Orbital ATK is planning to return its Antares launch vehicle to flight in early October. A company executive said at the AIAA Space 2016 conference Tuesday that it was targeting an early October launch of the Antares, carrying a Cygnus cargo spacecraft to the ISS. Orbital is working with NASA to select a launch date for the mission. The launch will be the first since an October 2014 failure of an Antares shortly after launch from Wallops Island, Virginia, and will also be the first of a new version of the Antares with RD-181 first stage engines. (9/14)

Russia Wil Shrink ISS Crew Size (Source: Tass)
Russia is moving ahead with plans to temporarily cut the size of its ISS crew from three to two. Industry sources said Russia will reduce its crew in March and keep its crew complement at two until the launch and commissioning of the new Multipurpose Laboratory Module, scheduled for late 2017. Russian officials say reducing its crew will allow it to cut the number of Progress cargo missions launched from four to three, saving money. A final decision may be announced next week, when the next ISS crew is launched. (9/14)

Financing for Florida-Developed OneWeb Satellites Could Require Ex-Im Fix (Source: Space News)
It's unclear whether American or French export credit agencies will help finance OneWeb's satellite constellation. An official with France's Coface said any deal to guarantee financing for OneWeb's system will depend on how many people in France are working on the project; most of OneWeb's satellites will be built at a new factory in Florida. Funding from the U.S. Export-Import Bank requires a legislative change to allow the bank to fund large deals when a quorum of the board is not present. Click here. (9/14)

ULA Cuts Time From Contract to Launch (Source: Denver Business Journal)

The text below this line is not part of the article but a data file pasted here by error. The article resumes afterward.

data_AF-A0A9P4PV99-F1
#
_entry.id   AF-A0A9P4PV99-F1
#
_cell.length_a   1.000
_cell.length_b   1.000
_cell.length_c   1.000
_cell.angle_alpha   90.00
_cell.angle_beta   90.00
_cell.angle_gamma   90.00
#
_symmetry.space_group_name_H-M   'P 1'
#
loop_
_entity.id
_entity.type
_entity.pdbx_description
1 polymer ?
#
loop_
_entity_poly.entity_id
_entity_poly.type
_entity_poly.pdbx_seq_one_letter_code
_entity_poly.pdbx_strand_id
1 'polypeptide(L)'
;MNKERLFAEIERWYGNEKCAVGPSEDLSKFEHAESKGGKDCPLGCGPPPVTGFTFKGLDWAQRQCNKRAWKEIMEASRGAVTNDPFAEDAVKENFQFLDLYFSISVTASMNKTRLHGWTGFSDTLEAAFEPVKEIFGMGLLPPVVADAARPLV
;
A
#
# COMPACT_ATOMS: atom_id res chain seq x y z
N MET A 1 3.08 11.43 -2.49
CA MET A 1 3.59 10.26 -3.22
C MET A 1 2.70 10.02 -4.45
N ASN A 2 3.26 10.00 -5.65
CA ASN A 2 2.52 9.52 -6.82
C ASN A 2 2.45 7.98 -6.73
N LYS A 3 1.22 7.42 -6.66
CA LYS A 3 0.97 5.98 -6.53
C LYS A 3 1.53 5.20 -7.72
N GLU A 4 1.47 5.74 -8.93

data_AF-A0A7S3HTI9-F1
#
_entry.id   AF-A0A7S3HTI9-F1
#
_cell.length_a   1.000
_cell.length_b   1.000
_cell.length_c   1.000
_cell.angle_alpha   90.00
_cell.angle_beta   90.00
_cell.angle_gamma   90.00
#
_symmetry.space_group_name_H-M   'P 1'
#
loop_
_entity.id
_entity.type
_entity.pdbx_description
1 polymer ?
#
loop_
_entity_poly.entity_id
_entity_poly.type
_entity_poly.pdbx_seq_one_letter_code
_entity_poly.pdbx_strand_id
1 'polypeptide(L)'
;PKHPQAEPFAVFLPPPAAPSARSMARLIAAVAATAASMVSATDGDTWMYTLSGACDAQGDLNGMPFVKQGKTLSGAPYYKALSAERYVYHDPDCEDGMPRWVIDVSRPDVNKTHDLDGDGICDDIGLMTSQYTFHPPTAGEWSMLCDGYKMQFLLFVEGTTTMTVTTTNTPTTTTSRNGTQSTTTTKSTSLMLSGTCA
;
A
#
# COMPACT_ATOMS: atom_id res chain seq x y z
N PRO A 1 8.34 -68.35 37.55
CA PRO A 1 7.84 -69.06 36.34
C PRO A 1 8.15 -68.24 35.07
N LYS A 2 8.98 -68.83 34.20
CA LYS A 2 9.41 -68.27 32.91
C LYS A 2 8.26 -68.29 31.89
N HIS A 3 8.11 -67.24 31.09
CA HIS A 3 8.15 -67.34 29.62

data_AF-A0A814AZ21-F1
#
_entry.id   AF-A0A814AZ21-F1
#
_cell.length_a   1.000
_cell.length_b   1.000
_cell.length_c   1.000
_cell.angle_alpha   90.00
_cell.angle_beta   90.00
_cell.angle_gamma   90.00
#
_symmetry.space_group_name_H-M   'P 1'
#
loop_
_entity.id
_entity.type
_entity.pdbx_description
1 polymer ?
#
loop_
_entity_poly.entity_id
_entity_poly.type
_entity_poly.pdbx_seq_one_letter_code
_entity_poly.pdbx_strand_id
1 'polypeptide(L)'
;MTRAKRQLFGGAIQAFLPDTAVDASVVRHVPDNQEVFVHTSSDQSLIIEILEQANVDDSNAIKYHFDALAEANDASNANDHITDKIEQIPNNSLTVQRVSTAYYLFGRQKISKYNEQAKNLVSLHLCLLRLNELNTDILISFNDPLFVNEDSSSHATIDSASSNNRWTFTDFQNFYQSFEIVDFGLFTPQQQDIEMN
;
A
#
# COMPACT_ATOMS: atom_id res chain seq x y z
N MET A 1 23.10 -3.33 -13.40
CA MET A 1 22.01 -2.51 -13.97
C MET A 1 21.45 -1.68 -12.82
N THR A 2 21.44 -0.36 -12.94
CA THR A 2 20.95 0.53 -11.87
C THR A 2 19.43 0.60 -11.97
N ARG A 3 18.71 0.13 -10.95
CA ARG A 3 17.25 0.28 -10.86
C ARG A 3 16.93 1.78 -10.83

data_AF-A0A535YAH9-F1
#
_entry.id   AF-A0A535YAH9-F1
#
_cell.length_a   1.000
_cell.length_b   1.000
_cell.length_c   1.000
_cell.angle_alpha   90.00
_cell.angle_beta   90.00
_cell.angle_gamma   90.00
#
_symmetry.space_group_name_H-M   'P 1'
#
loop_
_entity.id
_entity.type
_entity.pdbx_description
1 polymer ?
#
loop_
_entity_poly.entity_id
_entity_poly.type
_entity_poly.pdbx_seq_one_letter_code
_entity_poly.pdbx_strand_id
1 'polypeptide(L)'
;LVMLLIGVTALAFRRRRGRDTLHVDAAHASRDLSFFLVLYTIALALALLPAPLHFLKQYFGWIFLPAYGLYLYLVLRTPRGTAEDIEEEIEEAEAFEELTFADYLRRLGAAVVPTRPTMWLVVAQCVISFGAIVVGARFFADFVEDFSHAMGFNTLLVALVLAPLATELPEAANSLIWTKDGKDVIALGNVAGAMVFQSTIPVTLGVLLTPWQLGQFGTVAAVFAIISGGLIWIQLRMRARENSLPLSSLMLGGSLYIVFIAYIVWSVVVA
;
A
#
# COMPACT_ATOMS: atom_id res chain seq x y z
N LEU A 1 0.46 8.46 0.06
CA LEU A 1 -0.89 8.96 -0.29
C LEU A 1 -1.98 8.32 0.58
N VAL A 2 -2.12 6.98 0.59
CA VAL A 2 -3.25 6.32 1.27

United Launch Alliance says a new program could allow it to launch customers' satellites just three months after signing a contract. The RapidLaunch program offers rapid launch options for commercial customers by making use of additional launch vehicle hardware and by moving vehicle customization to the final three months of the production process. In the past, ULA has usually taken 18 months or more to go from contract signing to launch. (9/14)

ESA Gives Final Approval for Ariane 6 Development (Source: Space News)
The European Space Agency has given its final approval to the development of the Ariane 6. ESA's ruling council voted Tuesday to release the second and final round of funding for the vehicle to Airbus Safran Launchers, the vehicle's prime contractor. ESA provided an initial round of funding, covering about one quarter of Ariane 6's development costs, after signing a contract with Airbus Safran Launchers last August. (9/14)

Scott Kelly's Yearlong Mission Inspires Movie (Source: Hollywood Reporter)
Scott Kelly's nearly one year in space will become the subject of both a book and a movie. Sony Pictures has acquired the movie rights to Kelly's upcoming book, Endurance: My Year in Space. The book, due out in November 2017 and co-authored by Margaret Lazarus Dean, will cover his life leading up to his 340-day mission on the ISS that ended earlier this year. Scott Kelly and his twin brother Mark will serve as executive producers of the movie. (9/14)

Rocket Crafters Shoots for Weekly Launches (Source: Florida Today)
Two-time shuttle astronaut Sid Gutierrez has always been a skeptic. As a test pilot in the U.S. Air Force, Gutierrez made a living poking holes in the ideas contractors offered to the military. “I’m used to debunking solutions people propose,” he said. “Every now and again, someone has an excellent piece of equipment, but I’m always very skeptical.”

So far, the company has successfully tested its hybrid engine more than two dozen times in Utah working together with Utah State University. However, now they want to test closer to Cape Canaveral, where they plan to launch their rockets, possibly within the next two to three years. At Florida Tech, the tests will take place at the university’s aerodynamics lab located on campus, as well as their outdoor rocket motor test stand.

“We are going to help them do some independent testing of the performance of this new rocket propulsion concept they have come up with,” said Dan Kirk, Florida Tech professor and associate dean for research in the College of Engineering. Click here. (9/14)

Israeli Spy Satellite 'Not Working as Expected' (Source: Jerusalem Post)
Amnon Harari, head of the space administration in the Defense Ministry, and Ofer Doron, head of IAI’s MBT Space Division, said the satellite entered its orbit correctly and began circling the Earth every 90 minutes, but it remained unclear if all onboard systems were working. Officials say ground control was trying to stabilize the Ofek 11 satellite as they communicate with it. (9/14)